The men in jungle
green marched on down the sunny street. The tall men and the short men,
the slender men and the robust men swung on their way with the quiet,
assured air that only soldiers have who have learned to be soldiers by
meeting the enemy in battle.
Joe and the cove
behind him and Blue and the bloke with the scar on his jaw and the
thousands like them who marched. These are the Australian Soldier, not one
man but thousands of men, the vulgar and the fastidious, the quiet and the
rowdy, the rough and the gentle. They know battle. They know the dirt and
the misery, the courage and the comradeship, the weariness and the deep
They learned about
these things in the Desert and in Greece, in Crete and in Syria, in
besieged Tobruk and on the bloody sands of El Alamein. They met them,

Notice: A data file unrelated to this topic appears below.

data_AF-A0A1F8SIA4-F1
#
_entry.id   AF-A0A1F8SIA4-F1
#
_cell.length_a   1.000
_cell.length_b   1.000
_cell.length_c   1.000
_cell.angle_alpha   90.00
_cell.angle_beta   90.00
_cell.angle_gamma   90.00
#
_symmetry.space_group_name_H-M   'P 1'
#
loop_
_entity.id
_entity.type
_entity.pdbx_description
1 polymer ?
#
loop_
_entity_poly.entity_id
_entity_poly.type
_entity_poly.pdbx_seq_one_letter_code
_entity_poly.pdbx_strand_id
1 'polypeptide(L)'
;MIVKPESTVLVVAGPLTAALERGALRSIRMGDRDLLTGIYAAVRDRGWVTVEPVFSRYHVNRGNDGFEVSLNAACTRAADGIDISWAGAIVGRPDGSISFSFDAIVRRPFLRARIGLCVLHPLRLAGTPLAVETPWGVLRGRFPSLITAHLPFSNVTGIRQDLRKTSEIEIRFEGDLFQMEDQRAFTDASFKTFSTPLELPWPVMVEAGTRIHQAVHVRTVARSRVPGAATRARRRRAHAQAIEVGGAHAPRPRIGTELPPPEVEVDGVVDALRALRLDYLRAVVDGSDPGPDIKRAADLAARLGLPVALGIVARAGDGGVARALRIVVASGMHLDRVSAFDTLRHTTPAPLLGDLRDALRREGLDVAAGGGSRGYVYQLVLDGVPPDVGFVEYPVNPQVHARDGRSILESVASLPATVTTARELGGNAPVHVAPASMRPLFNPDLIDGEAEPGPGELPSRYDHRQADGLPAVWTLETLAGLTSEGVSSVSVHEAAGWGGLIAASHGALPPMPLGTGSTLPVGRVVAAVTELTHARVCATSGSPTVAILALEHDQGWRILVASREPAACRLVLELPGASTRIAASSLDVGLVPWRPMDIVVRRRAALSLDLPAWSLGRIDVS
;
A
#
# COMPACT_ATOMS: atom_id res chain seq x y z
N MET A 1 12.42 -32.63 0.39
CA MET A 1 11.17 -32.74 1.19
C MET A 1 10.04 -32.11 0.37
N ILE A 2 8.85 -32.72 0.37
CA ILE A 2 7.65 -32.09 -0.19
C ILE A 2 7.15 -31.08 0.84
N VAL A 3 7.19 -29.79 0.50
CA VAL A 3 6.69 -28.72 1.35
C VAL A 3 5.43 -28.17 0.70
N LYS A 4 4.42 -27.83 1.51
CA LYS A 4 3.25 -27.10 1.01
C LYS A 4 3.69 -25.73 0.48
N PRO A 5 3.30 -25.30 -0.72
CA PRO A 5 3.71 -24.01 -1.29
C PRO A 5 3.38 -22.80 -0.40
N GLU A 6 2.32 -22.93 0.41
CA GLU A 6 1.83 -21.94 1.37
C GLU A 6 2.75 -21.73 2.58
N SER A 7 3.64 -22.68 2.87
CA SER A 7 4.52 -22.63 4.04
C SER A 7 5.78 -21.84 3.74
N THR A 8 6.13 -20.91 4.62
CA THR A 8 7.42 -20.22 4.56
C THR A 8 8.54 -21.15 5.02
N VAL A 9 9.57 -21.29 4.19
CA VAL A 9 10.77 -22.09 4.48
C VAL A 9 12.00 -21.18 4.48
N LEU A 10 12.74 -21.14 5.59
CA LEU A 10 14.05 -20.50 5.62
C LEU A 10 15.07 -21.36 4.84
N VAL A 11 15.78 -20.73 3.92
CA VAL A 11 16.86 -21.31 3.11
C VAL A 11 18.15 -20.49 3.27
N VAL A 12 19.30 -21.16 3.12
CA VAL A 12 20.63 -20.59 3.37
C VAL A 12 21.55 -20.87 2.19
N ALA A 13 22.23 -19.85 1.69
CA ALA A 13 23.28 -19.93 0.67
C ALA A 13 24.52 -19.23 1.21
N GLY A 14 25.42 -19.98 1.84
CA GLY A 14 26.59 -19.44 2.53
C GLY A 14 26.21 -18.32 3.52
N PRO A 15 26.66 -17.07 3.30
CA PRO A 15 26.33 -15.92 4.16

again in New Guinea, in the evil green of the jungle, where a snapping
twig means danger and a careless step might mean death.
They will march on, these men, and some of them will die on other
battlefields, and sickness and wounds will take many of them out of the
battle line, and some will still live when peace returns to the world, but
the Australian Soldier will be in the line at the last as he was in the
line at the first.
For though these men are part of the Australian Soldier he is more
enduring than any of these men alone and he will live when they are
dust-the thing they created that is bigger than themselves.